Monday, June 20, 2011
The preceding days had been spent thinking about it, looking forward to it, making plans, more plans and backup plans about it. I had spent a number of sessions scrambling amidst the mossy boulders of the middle Eden, visualising scenarios and marking fish, trying to answer objectively the question of how appealing this tumbling, lingy spate stream might look to unaffected eyes. I worried and fretted about it, grew even more obsessed with weather and pressure charts than usual, and in snatched spells late at night, frantically and ham-fistedly tied up some flies which I desperately hoped wouldn't look too laughable in the cold light of day. I monitored gauge station outputs, scrutinised webcams, crossed my fingers and contemplated the fact that I was about to share my little piece of paradise - and therefore, it felt, the inner workings of my soul - with two people I had barely met before. I confess that I felt a little nervous.
And then the day arrived and I drove northward to at last meet up with Dave Smith of the Monnow Rivers Association and author of the excellent 'A Flyfisherlady's Life', Polly Putnam. Dave's commendable work with the MRA was the common thread that brought us together and we had made plans to meet up this year as long ago as last December. I was confident we would get on famously, but dearly hoped that from an angling point of view their long trip would be worthwhile.
Such is the constant concern of the spate river fisher; with wild trout as our currency and myriad weather, water and creepy crawly related variables to contend with, our success is far from guaranteed. We quickly forget the slow days and grueling sessions in favour of the memorable moments when everything comes together.......and from such thread are our memories woven so that we come to believe our bit of fishing to be the best in the world. Which is why we always seem surprised when our river fails to deliver sufficiently in the presence of our guests.
With hindsight, I needn't have worried. Dave and Polly, like all wild trout fishers, were well aware of the aforementioned pitfalls and although the Eden didn't give of its best on this occasion (and the weather was a bit grim - a Chinese water torture species of light rain), they were either just very polite, or did genuinely enjoy themselves.
An evening session on the upper river was followed the next morning by a few hours on the Eamont, before a return to the Eden late on, and whilst my recent trips out have been all about the solitude and peaceful beauty of the valley and the fine fish of its parent river, this visit was for me all about the top class company and the delight of watching two good anglers at work. Dave is most at home on his beloved River Monnow; Polly, a girl of chalk stream breeding; both quite different environments to this sometimes ill mannered northern stream. And yet it was totally absorbing to watch them both at work - both employing similar methods, but subtly different execution to my own; both catching fish of some quality.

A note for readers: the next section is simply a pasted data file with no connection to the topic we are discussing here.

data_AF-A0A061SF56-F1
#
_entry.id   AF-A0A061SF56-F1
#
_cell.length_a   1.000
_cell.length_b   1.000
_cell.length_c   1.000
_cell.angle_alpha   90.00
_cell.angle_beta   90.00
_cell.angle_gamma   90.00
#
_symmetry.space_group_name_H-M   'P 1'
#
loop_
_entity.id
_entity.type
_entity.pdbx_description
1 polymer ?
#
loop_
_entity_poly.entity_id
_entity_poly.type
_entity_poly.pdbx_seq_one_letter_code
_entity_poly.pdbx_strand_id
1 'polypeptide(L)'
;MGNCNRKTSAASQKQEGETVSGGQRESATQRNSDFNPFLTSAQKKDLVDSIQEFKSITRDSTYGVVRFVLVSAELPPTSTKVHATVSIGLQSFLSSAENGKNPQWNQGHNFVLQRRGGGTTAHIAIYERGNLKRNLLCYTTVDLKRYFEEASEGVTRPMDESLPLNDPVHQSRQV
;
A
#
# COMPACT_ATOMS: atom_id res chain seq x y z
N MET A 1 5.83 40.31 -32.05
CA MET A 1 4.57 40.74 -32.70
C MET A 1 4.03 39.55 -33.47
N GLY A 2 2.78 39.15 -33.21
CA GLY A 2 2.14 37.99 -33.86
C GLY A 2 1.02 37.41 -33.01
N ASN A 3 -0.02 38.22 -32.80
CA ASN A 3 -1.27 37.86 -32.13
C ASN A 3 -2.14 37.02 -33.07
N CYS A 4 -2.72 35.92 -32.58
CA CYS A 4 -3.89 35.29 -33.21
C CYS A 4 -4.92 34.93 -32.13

It's true that the fishing was generally slow in as much as there was little insect activity and subsequently few fish rising with any conviction. However my guests managed to find interest quite steadily all day, with Dave having a notable couple of hours on the Eamont when he laid siege to a pod of fish rising on the flats of a slow, deep pool. These picky trout required a long, square cast to reach and it is to Dave's great credit that he managed to winkle out half a dozen of them topped by a cracking 16" fish. He continued to attract offers later on the Eden by employing the duo method through the foam lanes; an angler clearly settled into a comfortable rhythm, a real pleasure to watch.
Flyfisherlady meanwhile went upstream in search of an Eden beast and was duly rewarded after a long, considered approach to a solitary rising fish in a favourite spot of mine. A change of fly did the trick this time and a cracking cock grayling of 2lb 2oz soon graced the net - just reward for patient, intelligent fishing.
For me though, it was all about the company. I did very little fishing, couldn't have cared less about doing any fishing to be honest. Dave made the valid point that our fly fishing lives become defined by certain specific memories that for some reason linger more vividly than others. Two such moments will stay with me for a long time:
Towards the end of the evening, with the river beginning to colour up and rise, I heard a shout from Dave, about 50 yards downstream. Rod low, applying sidestrain, he was obviously into a good fish and as I gathered the camera and began wading through the fast water towards him, the trout jumped clear, yellow flanks saturate in the fading light. By the time I had reached him, the dogged fight was all but over and the majestic beast at the top of this post was brought into the net to the obvious delight of my guest. It was a proper Eden fish - all black spots and spade-like fins. It was the fish Dave had come for and the smile on his face was the highlight of the day.
The previous evening, I had watched as Polly tackled an equally impressive trout in conditions about as far from her comfort zone as you could imagine. Shallow, fractured water, boulder-pocked and roily, with a casual - lazy almost - dorsal fin cutting the surface periodically 5 yards ahead. The sort of situation which would expose the limitations of some anglers.......but then on reflection, running water is running water; line control is line control; and wild trout remain wild wherever they live. I didn't even see the rise. Polly lifted gently into the fish with a grace so effortless it was spellbinding. I was downstream. She couldn't have seen me. I was doing a jig of delight. My favourite bit of river - my pride and joy - may not have disclosed its full potential, but my two guests were going home happy. And that was about as much as I could have asked for.